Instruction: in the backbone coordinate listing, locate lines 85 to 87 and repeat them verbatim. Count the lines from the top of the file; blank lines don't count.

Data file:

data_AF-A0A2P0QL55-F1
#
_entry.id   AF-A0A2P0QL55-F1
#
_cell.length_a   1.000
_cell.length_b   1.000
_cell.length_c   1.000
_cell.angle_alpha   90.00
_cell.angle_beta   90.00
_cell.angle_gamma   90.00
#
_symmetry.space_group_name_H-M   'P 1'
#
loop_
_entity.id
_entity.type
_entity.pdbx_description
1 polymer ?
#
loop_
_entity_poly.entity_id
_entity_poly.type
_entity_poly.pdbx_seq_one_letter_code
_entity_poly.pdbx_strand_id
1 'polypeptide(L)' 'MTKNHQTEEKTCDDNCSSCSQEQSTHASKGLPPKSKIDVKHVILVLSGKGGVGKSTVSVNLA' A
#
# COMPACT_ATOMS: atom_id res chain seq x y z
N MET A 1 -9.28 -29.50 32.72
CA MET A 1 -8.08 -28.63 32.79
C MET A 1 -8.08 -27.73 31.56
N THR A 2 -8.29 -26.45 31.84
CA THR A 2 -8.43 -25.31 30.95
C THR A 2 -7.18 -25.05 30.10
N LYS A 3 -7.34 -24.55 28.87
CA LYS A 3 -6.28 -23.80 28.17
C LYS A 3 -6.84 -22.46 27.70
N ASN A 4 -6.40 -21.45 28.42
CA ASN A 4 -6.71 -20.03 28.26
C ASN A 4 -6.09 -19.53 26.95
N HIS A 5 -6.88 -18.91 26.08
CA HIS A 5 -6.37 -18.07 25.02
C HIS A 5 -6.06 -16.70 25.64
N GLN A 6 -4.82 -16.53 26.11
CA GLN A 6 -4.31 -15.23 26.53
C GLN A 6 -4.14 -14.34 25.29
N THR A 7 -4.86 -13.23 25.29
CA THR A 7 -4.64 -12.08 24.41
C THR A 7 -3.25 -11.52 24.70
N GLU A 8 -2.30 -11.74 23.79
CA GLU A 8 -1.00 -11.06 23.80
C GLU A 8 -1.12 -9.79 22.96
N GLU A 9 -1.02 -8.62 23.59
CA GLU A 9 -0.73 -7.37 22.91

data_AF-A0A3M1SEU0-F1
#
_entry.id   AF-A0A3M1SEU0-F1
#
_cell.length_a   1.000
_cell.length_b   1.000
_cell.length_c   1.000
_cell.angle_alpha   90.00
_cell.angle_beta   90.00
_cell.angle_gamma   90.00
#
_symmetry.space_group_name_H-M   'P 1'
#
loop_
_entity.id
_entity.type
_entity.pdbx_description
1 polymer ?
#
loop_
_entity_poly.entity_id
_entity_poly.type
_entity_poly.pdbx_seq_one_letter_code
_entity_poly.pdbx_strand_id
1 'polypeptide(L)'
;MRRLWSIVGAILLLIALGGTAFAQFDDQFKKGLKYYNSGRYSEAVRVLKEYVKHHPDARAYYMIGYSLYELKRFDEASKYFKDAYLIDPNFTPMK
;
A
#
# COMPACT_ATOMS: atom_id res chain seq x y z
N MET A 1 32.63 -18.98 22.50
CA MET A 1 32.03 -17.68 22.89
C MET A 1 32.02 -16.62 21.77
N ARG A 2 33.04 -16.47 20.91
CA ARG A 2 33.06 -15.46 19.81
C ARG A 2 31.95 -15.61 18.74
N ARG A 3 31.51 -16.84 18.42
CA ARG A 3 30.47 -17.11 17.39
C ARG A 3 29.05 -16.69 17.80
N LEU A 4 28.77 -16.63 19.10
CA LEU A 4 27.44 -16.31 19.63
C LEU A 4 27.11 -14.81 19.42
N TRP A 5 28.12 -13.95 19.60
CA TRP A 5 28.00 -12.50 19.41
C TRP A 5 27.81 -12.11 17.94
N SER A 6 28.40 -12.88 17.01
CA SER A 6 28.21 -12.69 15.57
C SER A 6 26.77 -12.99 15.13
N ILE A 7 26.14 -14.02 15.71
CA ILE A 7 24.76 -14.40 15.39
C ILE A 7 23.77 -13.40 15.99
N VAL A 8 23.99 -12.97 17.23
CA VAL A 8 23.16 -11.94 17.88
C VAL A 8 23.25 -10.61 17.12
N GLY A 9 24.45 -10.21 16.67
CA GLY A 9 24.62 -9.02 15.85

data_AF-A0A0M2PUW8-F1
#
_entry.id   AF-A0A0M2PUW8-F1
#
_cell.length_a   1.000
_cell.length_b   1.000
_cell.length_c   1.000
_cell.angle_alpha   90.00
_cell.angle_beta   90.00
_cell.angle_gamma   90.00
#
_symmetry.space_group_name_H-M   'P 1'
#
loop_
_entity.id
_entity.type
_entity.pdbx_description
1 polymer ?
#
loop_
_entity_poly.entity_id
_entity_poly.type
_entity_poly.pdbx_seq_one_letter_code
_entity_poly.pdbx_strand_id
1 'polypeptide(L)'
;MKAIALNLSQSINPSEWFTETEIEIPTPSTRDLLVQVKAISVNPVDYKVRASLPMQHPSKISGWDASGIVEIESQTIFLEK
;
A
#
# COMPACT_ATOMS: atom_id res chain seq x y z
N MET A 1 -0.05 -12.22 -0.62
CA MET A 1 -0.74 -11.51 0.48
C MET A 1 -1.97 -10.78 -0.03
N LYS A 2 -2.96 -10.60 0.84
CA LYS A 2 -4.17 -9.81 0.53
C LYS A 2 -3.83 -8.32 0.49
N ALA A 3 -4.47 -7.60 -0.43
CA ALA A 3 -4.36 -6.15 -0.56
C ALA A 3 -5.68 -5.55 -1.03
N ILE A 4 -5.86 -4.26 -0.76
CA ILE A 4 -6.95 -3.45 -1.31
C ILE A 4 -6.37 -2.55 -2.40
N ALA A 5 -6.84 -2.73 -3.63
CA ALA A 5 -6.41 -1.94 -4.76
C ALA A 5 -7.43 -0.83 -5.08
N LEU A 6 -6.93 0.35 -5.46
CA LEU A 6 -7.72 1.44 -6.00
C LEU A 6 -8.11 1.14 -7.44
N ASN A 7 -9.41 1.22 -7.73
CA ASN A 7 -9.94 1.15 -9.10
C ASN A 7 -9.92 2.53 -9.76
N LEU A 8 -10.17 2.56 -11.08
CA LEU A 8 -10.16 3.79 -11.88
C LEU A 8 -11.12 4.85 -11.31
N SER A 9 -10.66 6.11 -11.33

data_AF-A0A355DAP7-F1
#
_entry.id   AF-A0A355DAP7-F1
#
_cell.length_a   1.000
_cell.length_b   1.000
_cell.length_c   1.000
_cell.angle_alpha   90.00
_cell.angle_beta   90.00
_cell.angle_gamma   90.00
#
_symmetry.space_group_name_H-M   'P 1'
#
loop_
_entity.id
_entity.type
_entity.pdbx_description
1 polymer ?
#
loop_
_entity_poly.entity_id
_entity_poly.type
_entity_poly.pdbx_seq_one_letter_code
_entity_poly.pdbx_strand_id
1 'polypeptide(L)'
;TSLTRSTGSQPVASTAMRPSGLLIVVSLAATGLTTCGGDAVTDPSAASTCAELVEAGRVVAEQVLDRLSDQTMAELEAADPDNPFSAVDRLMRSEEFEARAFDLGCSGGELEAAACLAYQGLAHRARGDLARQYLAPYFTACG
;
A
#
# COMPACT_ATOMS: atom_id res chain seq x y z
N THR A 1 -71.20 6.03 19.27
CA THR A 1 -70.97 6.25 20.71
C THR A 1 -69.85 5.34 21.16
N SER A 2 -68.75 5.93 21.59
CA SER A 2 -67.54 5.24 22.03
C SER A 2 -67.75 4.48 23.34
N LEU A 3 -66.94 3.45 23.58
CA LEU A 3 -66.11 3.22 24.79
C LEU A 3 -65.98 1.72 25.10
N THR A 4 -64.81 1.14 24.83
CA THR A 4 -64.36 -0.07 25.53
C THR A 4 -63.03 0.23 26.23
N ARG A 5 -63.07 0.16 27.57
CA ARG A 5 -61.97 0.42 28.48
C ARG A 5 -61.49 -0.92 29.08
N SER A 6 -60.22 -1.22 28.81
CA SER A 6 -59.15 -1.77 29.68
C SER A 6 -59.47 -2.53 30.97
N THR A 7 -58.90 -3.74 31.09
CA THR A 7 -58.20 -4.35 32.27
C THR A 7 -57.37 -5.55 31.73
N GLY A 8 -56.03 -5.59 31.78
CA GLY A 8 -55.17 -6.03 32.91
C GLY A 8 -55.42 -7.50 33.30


CA MET A 1 32.03 -17.68 22.89
C MET A 1 32.02 -16.62 21.77
N ARG A 2 33.04 -16.47 20.91